Leeds Carnival provides Caribbean cure for homesick West Indians

Carnival dancer Tens of thousands of people attend the Leeds West Indian Carnival each year

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The streets of Leeds will be awash with the sights, sounds and scents of the West Indies on Monday, but how did carnival spirit make the journey from the sun-drenched islands of the Caribbean to the cooler climes of Chapeltown?

When Arthur France arrived in West Yorkshire in 1957 he quickly found himself longing for his home in the Caribbean nation of St Kitts and Nevis.

But, as the homesickness set in he resolved to cure his melancholia by bringing the carnival spirit of his birthplace to the grey streets of Leeds.

"When we came here, we came from different parts of the Caribbean and, apart from the cold, we had nothing to hold on to," Mr France said.

"We needed something that would bring us together."

In 1964 he gathered 27 friends together in his cramped bedsit and outlined his grand plan.

"Most of the people thought I was crazy," he said, "They said 'A carnival in England? You're mad'."

Arthur France and members of the carnival organising committee Arthur France (fourth from left) and members of the carnival organising committee in the 1960s

But, in 1967 that plan became a reality and the first Leeds West Indian Carnival took place.

Now, 47 years later, the event which is held annually on the streets of Chapeltown and Harehills attracts up to 150,000 and is estimated to bring in as much as £10m to the local economy.

Mr France, who remains at the helm of the organising committee, said ahead of the inaugural parade he bought and plucked a dozen chickens to help make costumes.

He said: "You need feathers to make an Indian costume but they didn't sell feathers in the shops in England.

"As you know West Indians like chicken and rice for Sunday dinner.

"So, we found people in the community who were buying chicken.

"We went to Otley and bought 12 chickens, then we plucked them and passed them on to people who buy chicken for Sunday dinner."

Arthur France Arthur France (pictured) had to buy and pluck 12 chickens to make costumes for the first carnival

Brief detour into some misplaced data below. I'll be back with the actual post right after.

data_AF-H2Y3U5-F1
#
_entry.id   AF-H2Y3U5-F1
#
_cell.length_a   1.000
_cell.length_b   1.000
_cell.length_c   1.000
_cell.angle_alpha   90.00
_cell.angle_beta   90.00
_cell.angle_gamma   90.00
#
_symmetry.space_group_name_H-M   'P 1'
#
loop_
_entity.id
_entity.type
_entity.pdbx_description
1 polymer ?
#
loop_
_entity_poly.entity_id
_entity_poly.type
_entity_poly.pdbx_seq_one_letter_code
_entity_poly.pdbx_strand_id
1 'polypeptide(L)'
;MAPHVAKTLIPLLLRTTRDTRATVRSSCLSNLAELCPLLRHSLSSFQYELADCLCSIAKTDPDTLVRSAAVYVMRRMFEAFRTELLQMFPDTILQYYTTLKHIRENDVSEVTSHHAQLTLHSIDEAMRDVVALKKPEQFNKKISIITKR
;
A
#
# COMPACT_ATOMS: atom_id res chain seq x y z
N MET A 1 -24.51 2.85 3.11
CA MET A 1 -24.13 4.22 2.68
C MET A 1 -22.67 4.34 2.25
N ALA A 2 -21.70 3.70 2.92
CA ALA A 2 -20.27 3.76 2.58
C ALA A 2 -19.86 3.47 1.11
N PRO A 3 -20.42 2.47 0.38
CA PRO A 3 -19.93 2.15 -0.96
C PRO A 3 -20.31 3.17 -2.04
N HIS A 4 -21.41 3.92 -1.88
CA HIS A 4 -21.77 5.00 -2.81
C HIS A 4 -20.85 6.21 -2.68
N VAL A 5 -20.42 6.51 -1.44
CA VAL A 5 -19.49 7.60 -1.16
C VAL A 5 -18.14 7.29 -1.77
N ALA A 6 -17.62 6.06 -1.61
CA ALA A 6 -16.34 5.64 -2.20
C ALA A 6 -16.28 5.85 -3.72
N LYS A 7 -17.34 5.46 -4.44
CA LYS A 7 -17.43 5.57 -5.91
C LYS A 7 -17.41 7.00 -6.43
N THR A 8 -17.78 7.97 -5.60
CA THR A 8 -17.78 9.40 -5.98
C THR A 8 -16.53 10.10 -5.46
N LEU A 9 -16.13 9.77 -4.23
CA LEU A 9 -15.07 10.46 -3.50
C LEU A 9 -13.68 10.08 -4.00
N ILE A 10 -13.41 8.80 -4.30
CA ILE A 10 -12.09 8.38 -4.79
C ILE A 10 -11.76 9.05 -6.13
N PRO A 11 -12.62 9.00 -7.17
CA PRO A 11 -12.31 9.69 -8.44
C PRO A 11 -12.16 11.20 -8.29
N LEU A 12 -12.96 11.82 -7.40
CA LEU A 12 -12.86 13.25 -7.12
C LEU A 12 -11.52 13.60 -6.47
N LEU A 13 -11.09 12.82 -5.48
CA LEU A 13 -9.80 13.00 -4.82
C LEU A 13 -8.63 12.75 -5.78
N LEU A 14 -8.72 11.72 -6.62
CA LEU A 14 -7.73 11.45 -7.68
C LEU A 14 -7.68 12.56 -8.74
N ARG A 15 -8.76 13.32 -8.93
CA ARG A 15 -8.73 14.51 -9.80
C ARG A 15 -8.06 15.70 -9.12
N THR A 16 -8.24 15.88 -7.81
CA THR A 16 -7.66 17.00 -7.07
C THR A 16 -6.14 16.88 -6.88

In the years that followed the carnival went from strength to strength.

But some would say 1967 marked the pinnacle of its success.

Rex Watley, who played in a steel band at the first carnival said: "I still think the first carnival was the very best one. We had a troupe of Indians and we had a big troupe called the Fallen Angels. I remember that really well."

Leeds West Indian Carnival Leeds West Indian Carnival has taken place every year since 1967
Leeds West Indian Carnival The annual event involves a parade around the streets of Chapeltown and Harehills

Arguments over which year was the best, however, pale into insignificance when compared to the argument about whether Leeds or London's Notting Hill is home to the oldest Caribbean carnival.

Angela Wenham, from Leeds, who attended the 1967 carnival, said: "We were the first to start it off so we were the first before London. London came after us.

"They were waiting to see how Leeds West Indian Carnival went before they actually started it."

Max Farrar, who was commissioned by the West Yorkshire Archive Service to write a short history of the carnival, said: "Carnival bands formed one element of the fetes in Notting Hill organised from 1964 onwards, but the Notting Hill Carnival did not become a specifically Caribbean event until the 1970s."

Leeds West Indian Carnival The 47th Leeds West Indian Carnival takes place on August 25

This year Leeds City Council has said it plans to survey revellers in order to measure the economic impact of the event.

Simon Brereton, from the council, said it is thought the carnival could bring anything between £5m and £10m into the Leeds economy.

However, he said: "Carnival was not dreamt up to make money it was dreamt up to have a really good time and to bring the community together and I think we've got to recognise that's the real value of carnival."

While the issue of whether Leeds or London has the oldest carnival and the amount of money the event generates are of interest to certain groups they both come a distant second to the real purpose of the carnival and the reason for it beginning.

'In our blood'

Mr France said: "We wanted to make sure that we stamped our footprint here and we left something positive for other people.

"I'm very close to my African roots and a part of me that most people might want to forget, that we are African.

"The carnival is a celebration of emancipation."

Put more simply, in the words of Mrs Wenham: "Carnival is in our blood."

The 47th Leeds West Indian Carnival takes place on 25 August. The Carnival parade will leave Potternewton Park at 14:00 BST and travel along Harehills Avenue, Harehills Lane, Roundhay Road, Barrack Road and Chapeltown Road before returning to the park along Harehills Avenue for costume judging at 17:00

BBC Radio Leeds, in partnership with Leeds West Indian Carnival, has commissioned a film about Leeds Carnival which you can view on the station's Facebook page. Carnival Story was produced and directed by Jonnel Benjamin.

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